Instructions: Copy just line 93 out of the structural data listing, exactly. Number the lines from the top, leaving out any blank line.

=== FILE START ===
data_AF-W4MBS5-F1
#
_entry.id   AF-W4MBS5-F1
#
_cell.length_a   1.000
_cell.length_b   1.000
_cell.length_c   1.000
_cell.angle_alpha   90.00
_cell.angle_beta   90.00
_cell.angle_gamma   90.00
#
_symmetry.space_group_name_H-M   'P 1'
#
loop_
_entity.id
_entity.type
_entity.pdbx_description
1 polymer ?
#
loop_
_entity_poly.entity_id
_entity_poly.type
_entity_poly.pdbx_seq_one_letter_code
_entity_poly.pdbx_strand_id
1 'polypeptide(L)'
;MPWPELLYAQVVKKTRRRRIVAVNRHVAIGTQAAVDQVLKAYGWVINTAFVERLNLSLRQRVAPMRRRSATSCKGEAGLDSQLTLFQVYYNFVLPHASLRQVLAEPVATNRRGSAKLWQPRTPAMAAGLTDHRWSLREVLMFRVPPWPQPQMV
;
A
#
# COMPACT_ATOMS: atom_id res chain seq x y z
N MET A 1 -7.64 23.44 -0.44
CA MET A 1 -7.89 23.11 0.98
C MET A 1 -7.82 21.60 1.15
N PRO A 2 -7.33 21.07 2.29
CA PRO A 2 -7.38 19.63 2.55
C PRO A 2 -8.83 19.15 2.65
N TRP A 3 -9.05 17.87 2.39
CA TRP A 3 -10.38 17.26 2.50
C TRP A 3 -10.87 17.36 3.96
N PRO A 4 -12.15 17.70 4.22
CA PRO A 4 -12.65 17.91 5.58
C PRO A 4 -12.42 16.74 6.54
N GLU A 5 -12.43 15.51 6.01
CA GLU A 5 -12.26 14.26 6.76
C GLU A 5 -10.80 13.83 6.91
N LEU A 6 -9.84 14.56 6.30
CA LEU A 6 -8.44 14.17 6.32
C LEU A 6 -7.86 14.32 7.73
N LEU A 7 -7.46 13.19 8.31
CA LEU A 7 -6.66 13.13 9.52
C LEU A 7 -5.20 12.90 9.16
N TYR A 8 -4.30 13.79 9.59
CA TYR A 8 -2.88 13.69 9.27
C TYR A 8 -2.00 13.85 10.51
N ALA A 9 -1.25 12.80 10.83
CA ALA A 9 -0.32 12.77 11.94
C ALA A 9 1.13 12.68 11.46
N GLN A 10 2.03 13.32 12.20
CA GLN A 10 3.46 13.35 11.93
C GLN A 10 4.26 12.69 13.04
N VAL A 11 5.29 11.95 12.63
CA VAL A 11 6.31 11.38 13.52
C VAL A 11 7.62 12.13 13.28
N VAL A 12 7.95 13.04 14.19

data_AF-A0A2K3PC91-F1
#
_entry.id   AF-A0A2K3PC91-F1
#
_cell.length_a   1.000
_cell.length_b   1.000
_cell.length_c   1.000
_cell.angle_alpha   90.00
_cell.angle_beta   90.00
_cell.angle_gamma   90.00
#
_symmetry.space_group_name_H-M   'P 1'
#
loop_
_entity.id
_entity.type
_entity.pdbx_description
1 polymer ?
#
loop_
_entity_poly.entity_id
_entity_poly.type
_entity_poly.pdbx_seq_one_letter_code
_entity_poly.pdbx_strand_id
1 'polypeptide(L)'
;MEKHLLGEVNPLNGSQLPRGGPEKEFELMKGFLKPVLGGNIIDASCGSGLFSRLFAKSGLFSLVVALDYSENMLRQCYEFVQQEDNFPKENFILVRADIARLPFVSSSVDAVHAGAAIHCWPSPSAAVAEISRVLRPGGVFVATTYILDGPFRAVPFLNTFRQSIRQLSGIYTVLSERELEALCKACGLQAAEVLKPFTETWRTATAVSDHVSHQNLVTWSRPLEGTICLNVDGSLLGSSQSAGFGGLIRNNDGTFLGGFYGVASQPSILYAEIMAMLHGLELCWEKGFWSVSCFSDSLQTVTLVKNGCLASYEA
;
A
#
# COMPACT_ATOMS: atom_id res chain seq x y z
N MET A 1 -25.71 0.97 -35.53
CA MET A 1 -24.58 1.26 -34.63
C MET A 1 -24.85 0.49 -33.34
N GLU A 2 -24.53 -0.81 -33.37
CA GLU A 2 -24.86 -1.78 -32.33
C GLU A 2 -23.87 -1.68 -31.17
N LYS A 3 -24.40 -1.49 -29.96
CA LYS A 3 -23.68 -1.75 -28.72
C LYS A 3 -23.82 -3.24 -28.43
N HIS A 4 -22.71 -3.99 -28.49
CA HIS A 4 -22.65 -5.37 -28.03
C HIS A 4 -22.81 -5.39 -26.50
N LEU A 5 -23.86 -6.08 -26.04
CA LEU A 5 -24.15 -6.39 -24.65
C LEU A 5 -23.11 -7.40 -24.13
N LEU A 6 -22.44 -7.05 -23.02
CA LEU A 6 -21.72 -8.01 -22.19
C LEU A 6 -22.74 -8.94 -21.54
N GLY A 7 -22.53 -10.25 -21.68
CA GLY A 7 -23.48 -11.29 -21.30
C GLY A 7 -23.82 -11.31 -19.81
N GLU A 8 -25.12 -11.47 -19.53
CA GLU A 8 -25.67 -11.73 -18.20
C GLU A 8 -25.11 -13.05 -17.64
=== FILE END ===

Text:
#